It's official: Silverstone will be hosting back-to-back Formula 1 races for revised season

But fans will not be allowed to attend Northamptonshire track to watch

By Jack Duggan
Tuesday, 2nd June 2020, 11:03 am
Updated Tuesday, 2nd June 2020, 11:04 am

Silverstone Circuit will host back-to-back grands prix as part of a revised Formula 1 season for 2020 - but with no fans, it has been confirmed.

The Northamptonshire track will welcome F1 teams for two weekends of racing from July 31 to August 9 as part of the first eight rounds of the season.

The Formula 2 and 3 seasons will follow the same schedule as F1, as usual, but all races will be behind closed doors to minimise the spread of coronavirus.

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Lewis Hamilton after winning the 2019 British Grand Prix at Silverstone

F1 chairman Chase Carey said: “In the past weeks we have been working tirelessly with all our partners, the FIA and the teams to create a revised opening 2020 calendar allowing us to restart racing in the safest possible way.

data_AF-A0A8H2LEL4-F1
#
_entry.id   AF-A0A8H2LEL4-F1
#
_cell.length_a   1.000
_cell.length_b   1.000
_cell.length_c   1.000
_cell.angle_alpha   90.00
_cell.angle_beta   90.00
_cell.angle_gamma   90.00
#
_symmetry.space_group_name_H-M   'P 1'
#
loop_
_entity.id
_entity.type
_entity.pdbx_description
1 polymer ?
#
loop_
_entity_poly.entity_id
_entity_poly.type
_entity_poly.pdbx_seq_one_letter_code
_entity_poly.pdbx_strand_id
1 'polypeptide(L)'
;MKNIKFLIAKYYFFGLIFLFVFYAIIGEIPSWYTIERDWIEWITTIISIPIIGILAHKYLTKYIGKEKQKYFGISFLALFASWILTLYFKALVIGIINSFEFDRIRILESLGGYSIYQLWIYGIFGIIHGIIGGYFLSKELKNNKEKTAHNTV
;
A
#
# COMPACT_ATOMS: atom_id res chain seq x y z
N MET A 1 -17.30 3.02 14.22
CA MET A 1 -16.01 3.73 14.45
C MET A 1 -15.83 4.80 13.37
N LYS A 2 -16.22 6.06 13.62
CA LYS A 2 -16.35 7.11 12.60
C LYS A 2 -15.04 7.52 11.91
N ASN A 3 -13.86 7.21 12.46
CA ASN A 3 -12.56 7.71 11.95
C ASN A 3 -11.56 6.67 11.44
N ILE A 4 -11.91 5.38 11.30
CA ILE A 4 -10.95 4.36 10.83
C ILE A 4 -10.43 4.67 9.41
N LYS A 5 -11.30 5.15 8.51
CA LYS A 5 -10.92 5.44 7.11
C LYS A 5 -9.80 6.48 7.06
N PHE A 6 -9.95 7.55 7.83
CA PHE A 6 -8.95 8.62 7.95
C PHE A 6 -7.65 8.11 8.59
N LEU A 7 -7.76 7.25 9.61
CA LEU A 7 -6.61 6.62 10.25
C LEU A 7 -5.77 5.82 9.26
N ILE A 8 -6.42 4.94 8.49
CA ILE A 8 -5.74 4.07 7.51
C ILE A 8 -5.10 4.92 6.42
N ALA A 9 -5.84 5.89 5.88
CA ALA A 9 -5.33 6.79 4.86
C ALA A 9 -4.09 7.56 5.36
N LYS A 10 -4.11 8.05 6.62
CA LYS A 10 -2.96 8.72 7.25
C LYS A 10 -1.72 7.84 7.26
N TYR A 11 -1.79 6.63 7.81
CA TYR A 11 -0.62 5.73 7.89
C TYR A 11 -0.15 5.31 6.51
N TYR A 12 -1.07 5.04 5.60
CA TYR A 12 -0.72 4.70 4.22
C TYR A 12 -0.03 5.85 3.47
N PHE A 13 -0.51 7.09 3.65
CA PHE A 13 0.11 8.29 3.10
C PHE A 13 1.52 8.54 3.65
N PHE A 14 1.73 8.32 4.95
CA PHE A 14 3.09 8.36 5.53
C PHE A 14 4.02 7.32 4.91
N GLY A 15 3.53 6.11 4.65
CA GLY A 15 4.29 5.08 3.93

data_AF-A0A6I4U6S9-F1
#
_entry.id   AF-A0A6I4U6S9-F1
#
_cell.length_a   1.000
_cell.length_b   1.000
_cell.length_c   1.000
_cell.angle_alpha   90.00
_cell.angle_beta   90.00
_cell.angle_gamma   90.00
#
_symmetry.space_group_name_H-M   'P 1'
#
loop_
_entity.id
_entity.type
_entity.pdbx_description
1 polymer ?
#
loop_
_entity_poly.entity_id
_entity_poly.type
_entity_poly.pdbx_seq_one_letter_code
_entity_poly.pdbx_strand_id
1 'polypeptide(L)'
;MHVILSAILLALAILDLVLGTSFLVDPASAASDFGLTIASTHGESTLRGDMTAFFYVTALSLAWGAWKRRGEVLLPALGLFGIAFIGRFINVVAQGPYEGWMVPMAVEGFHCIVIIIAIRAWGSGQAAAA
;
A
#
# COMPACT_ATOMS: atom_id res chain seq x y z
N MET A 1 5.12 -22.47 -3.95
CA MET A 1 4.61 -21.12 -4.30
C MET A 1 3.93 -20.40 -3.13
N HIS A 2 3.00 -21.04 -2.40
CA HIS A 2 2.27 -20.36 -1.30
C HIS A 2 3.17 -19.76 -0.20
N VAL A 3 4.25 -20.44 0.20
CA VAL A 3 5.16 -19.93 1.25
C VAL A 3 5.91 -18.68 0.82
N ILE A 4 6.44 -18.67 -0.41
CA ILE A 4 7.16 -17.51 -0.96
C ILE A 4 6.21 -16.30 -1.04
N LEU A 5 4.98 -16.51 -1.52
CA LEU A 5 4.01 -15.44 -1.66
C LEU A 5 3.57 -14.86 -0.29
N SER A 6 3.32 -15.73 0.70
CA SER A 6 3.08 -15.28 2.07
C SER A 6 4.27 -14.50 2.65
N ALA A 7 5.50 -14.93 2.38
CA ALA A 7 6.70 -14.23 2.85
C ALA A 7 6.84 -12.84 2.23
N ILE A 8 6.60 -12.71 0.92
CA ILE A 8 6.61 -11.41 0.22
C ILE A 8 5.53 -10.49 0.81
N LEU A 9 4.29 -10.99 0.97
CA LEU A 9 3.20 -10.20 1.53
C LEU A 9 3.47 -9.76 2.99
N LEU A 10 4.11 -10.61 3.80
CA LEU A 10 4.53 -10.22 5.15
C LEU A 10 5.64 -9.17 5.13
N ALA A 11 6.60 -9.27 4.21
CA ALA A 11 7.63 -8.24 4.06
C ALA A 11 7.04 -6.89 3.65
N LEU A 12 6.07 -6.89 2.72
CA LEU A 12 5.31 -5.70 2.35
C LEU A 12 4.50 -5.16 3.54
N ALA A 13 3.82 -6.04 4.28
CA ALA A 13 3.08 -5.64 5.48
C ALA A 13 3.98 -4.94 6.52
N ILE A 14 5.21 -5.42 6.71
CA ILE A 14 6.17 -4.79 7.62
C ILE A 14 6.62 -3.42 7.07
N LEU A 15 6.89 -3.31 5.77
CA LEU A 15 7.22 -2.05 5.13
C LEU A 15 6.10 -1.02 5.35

"We are pleased to be able to set out our opening eight race calendar today and look forward to publishing our full calendar in the coming weeks.

"I want to thank every promoter and partner for their support and ongoing commitment to Formula 1.

"While we currently expect the season to commence without fans at our races we hope that over the coming months the situation will allow us to welcome them back once it is safe to do, but we know the return of Formula 1 will be a welcome boost to sports fans around the world.”

The F1 season will start with a double-header at the Red Bull Ring in Austria on July 3, before the Hungarian Grand Prix at the Hungaroring on July 19.

The first race at Silverstone on August 2 will be billed as the British Grand Prix, while the second on August 9, is titled as the 70th Anniversary Grand Prix, marking the sport's birthday this year.

Proposals have been made for either of those races to feature a new format, where teams compete in a shorter race on the Saturday to decide the grid for the Sunday, instead of the normal qualifying.

But approval is needed from all 10 teams and Northamptonshire-based Mercedes boss Toto Wolff has voiced his concerns about changing the format.

The Spanish, Belgian and Italian grands prix will follow the races in Britain with the promise of more to be added as the Covid-19 crisis progresses and other countries can host events.